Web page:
26 February 2020

Emanuele Severino - philosopher

Thinker famous for theories on eternity and being


Emanuele Severino was removed from the Catholic University of Milan because of his belief in the 'eternity of  all beings'
Emanuele Severino was removed from the Catholic University
of Milan because of his belief in the 'eternity of  all beings'
The contemporary philosopher Emanuele Severino, who died in January of this year, was born on this day in 1929 in Brescia, in northern Italy.

Severino is regarded by many as one of Italy’s greatest thinkers of the modern era, yet came into conflict with the Catholic Church, so much that the Congregation of the Doctrine of the Faith, the body that once stood in judgment of those it deemed as heretics, banished him from the Church in 1969 on the basis that his beliefs were not compatible with Christianity.

The basis for their action was his belief in “the eternity of all being”, which essentially denies the existence of God as a creator.

Severino believed that the ancient Greek theory of all things coming from nothing and returning to nothing after being granted temporary existence was flawed, and that the Greek sense of becoming was an error. He contended that the idea that an entity can move from ‘being’ to ‘non-being’ and vice-versa was absurd.

He argued that everything is eternal, not only all people and all things, but every moment of life, every feeling, every aspect of reality, and that nothing becomes or ceases to be. He challenged the notion of death as annihilation, explaining birth and death through his theory that “we are eternal and mortal because the eternal enters and exits from appearing. Death is the absence of the eternal”.

Severino argued that nothing could come of nothing and therefore everything is eternal
Severino argued that nothing could come of
nothing and therefore everything is eternal
According to Severino, the incorrect faith in becoming, and the subsequent fear of becoming, in particular the fear of death or other undesired outcomes, underpins every aspect of Western civilisation and its continual attempts to defy the will of nature.

As a young man, Severino had been initially consumed by mathematics but turned to the study of philosophy after his brother, Giuseppe, with whom he often discussed the ideas of contemporary philosophers, had been killed in action in the Second World War.  He had a talent for music, too, and composed a suite for wind instruments that was performed in public.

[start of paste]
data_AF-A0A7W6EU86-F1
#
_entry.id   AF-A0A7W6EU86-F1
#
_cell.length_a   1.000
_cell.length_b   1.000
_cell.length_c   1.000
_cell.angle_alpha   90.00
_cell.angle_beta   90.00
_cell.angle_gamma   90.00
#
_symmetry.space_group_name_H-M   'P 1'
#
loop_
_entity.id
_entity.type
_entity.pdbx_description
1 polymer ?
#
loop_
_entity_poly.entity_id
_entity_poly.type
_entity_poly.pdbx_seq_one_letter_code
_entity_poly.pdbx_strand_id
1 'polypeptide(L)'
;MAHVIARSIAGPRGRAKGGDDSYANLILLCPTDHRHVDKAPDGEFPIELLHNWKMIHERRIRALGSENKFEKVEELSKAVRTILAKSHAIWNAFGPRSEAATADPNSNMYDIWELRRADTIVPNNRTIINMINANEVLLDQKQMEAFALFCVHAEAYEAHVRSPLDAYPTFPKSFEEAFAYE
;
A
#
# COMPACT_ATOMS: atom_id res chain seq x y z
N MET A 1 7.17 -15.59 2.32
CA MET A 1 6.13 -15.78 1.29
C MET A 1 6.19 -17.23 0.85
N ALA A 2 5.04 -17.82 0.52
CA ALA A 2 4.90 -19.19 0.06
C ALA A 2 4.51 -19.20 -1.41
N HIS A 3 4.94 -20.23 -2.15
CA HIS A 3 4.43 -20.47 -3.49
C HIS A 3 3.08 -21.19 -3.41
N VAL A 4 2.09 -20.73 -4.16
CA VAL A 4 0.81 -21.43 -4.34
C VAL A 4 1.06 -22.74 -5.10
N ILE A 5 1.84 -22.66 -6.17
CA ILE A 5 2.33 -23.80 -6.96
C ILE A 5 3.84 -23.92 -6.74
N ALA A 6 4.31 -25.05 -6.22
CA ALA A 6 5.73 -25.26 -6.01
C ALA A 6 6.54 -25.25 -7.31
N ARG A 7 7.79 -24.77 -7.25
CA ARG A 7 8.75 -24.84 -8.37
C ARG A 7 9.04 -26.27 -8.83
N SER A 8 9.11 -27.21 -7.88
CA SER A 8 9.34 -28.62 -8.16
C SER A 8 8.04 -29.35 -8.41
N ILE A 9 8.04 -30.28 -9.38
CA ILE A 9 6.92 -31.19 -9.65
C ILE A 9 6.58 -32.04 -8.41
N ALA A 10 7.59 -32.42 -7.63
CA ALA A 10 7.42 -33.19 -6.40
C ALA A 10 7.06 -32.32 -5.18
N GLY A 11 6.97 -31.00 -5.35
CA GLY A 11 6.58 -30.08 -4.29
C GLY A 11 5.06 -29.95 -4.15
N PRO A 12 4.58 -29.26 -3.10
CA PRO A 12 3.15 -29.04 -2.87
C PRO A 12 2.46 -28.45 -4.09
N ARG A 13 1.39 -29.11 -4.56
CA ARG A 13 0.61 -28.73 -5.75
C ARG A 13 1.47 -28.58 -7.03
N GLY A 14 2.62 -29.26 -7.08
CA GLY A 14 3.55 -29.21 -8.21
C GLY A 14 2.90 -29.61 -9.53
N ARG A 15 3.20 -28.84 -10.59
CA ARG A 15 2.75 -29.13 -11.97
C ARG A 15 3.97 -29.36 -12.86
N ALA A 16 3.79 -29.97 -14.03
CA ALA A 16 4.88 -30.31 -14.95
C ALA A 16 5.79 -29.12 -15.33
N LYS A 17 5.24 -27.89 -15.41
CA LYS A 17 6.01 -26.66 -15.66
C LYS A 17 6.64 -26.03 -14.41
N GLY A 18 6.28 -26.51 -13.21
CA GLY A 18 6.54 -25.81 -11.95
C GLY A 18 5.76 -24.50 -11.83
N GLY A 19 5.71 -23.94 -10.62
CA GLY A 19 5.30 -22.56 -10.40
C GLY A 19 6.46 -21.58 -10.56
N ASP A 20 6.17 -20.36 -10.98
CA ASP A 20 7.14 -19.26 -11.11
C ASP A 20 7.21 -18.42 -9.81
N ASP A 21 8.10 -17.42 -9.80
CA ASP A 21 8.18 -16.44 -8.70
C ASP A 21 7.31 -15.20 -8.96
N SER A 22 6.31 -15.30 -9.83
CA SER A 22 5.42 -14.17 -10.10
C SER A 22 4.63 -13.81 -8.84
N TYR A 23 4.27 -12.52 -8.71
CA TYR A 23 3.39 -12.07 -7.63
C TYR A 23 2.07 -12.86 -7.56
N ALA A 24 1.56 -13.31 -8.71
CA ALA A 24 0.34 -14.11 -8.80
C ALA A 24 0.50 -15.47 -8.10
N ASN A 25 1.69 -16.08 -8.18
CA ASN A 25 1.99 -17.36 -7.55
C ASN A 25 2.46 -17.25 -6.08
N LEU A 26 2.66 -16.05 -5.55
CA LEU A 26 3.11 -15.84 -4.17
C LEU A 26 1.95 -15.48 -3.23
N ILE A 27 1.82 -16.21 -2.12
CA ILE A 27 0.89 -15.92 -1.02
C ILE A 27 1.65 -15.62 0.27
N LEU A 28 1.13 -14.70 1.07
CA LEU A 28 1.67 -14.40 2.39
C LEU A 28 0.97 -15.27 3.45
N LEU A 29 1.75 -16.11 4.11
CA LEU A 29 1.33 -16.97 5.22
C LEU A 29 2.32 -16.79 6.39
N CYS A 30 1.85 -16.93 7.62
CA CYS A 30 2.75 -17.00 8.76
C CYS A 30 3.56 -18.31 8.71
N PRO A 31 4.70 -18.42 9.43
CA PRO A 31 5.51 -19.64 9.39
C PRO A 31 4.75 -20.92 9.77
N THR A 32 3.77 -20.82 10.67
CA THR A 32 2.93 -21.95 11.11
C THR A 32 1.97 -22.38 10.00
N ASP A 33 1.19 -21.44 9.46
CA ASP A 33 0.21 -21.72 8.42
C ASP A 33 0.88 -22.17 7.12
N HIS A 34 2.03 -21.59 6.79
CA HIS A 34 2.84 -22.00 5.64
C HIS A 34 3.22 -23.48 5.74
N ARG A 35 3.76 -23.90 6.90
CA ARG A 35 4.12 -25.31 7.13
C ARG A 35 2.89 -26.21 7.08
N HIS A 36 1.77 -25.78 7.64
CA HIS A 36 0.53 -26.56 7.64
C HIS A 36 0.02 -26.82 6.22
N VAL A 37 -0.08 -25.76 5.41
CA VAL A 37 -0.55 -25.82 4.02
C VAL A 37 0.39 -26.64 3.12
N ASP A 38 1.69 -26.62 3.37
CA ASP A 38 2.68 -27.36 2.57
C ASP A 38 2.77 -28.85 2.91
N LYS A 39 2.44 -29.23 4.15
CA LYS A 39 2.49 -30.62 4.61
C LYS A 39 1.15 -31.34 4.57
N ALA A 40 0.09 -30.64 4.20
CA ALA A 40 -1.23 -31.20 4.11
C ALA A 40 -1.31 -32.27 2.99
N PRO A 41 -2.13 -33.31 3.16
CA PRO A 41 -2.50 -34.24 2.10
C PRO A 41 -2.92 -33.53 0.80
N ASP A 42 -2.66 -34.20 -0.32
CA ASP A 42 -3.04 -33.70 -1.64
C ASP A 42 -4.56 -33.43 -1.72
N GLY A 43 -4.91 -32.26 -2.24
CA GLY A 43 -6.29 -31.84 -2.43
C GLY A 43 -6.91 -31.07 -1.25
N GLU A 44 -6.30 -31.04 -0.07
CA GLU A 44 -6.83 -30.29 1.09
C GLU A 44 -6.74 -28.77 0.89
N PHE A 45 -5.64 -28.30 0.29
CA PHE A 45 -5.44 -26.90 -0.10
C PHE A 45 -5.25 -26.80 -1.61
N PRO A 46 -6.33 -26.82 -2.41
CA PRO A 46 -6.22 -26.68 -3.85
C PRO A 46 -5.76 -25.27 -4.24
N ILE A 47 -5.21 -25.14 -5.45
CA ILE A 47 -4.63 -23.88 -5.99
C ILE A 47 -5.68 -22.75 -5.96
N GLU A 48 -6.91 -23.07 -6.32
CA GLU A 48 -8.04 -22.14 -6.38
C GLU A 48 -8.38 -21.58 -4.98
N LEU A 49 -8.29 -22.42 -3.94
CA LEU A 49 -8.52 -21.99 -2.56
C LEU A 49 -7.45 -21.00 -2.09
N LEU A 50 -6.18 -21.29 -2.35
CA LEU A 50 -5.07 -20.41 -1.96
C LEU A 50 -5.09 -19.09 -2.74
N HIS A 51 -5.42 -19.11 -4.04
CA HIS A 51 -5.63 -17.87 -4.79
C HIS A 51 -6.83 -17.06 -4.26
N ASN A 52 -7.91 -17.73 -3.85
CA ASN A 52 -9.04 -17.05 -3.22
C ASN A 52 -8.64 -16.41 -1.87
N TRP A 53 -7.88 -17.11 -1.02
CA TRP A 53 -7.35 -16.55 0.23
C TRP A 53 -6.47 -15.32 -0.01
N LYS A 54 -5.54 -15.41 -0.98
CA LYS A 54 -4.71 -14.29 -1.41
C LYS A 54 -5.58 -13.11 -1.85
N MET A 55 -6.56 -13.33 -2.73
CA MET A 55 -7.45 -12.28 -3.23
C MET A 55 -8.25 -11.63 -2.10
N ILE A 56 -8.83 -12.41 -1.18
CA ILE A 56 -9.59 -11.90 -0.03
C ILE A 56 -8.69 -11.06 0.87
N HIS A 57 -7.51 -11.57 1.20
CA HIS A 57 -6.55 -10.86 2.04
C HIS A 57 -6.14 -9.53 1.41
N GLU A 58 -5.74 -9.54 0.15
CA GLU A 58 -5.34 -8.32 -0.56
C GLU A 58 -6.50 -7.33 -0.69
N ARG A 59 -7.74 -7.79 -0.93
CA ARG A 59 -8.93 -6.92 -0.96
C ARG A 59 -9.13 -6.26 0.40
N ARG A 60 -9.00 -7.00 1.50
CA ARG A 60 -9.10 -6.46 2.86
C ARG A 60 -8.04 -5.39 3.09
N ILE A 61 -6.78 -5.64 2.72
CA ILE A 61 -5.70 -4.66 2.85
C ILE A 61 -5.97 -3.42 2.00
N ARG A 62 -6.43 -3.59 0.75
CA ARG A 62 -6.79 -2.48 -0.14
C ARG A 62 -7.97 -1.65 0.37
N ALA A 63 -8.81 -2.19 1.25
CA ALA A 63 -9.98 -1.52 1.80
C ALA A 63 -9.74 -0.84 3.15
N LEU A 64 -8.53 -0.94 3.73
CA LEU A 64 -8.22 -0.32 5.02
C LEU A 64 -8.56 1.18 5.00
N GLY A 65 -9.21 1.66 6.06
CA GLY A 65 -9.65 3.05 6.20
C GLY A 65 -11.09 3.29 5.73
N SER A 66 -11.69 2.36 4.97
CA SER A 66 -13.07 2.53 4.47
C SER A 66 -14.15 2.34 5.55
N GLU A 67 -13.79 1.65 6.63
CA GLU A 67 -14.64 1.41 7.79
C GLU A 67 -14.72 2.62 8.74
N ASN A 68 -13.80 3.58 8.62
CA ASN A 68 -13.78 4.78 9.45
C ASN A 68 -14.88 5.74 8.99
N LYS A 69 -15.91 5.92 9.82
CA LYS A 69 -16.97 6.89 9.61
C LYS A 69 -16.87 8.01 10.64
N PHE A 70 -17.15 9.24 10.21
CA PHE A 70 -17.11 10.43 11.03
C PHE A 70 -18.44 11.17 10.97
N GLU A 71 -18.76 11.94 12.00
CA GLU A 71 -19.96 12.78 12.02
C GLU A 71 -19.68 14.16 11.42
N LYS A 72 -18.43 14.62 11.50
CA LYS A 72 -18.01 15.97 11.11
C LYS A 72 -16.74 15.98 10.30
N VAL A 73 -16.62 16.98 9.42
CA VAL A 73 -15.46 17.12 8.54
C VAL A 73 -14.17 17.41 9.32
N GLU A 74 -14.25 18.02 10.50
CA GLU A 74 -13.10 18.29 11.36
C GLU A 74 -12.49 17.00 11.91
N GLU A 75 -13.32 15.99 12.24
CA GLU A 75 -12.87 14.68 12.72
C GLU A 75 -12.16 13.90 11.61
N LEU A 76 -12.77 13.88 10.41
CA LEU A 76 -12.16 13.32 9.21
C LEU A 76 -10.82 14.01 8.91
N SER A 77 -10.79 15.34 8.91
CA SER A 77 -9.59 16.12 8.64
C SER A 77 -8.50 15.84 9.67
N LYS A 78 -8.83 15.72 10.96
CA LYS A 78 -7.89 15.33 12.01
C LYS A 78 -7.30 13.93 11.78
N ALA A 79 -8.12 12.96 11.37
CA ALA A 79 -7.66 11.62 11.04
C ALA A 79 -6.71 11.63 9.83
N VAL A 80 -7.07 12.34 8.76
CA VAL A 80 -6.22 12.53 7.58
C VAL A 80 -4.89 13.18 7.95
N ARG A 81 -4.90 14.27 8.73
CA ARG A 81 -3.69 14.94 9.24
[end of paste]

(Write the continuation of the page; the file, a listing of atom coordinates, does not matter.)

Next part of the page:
Severino studied at the University of Pavia and subsequently at the Universit√† Cattolica del Sacro Cuore in Milan, where he became Professor of Moral Philosophy.  His philosophical position, which was described as neo-Parmenidism after the pre-Socratic Greek philosopher Parmenides, who similarly had contended that existence is unchanging and timeless, and that appearances to the contrary were the result of false conceptions produced by deceitful sensory faculties.

As a result of the Catholic Church’s judgment, Severino had to leave his position in Milan. He moved from there to the Ca’ Foscari University of Venice, where he was director of the Department of Philosophy and Theory of Sciences until 1989.

Despite the Church’s view that his opinions were dangerous, Severino was awarded the Gold Medal of the Republic for Meritorious Culture by the President of the Italian Republic. He won many prizes and regularly expressed his opinions in a column in the Corriere della Sera newspaper.

Severino died in January 2020 at the age of 89 in Brescia, where his body was cremated in a private ceremony before his death was announced.

Brescia's Duomo Vecchio, also known as la Rotonda, which is thought to date back to the 11th century
Brescia's Duomo Vecchio, also known as la Rotonda, which
is thought to date back to the 11th century
Travel tip:

Brescia, where Severino was born and died, is a city in Lombardy, situated about 90km (56 miles) east of Milan between the lakes of Iseo and Garda. It is a city of artistic and architectural importance. A Roman colony before the birth of Christ, it still has the remains of a forum, theatre and a temple. Brescia came under the protection of Venice in the 15th century and there is a Venetian influence in the architecture of the Piazza della Loggia, an elegant square, which has a clock tower similar to the one in Piazza San Marco in Venice. Next to the 17th century Duomo is an older cathedral, the unusually shaped Duomo Vecchio, also known as la Rotonda.

The Ca' Foscari and the Palazzo Giustinian, also part of the university, on Venice's Grand Canal
The Ca' Foscari and the Palazzo Giustinian, also part of the
university, on Venice's Grand Canal
Travel tip:

The Ca' Foscari University of Venice has been housed since its foundation in 1868 in the Venetian Gothic palace of Ca' Foscari, which stands on the Grand Canal, between the Rialto and San Marco, in the sestiere of Dorsoduro.  Originally the Regia Scuola Superiore di Commercio - the Royal High School of Commerce - it became a university in its centenary year in 1968.  Nowadays, it has eight departments and almost 21,000 students and regarded as one of top five universities in Italy, of which there are around 90.

Also on this day:

1815: Napoleon escapes from his exile on the island of Elba

1921: The birth of architect and designer Angelo Mangiarotti

1943: The birth of Oscar-winning set designer Dante Ferretti


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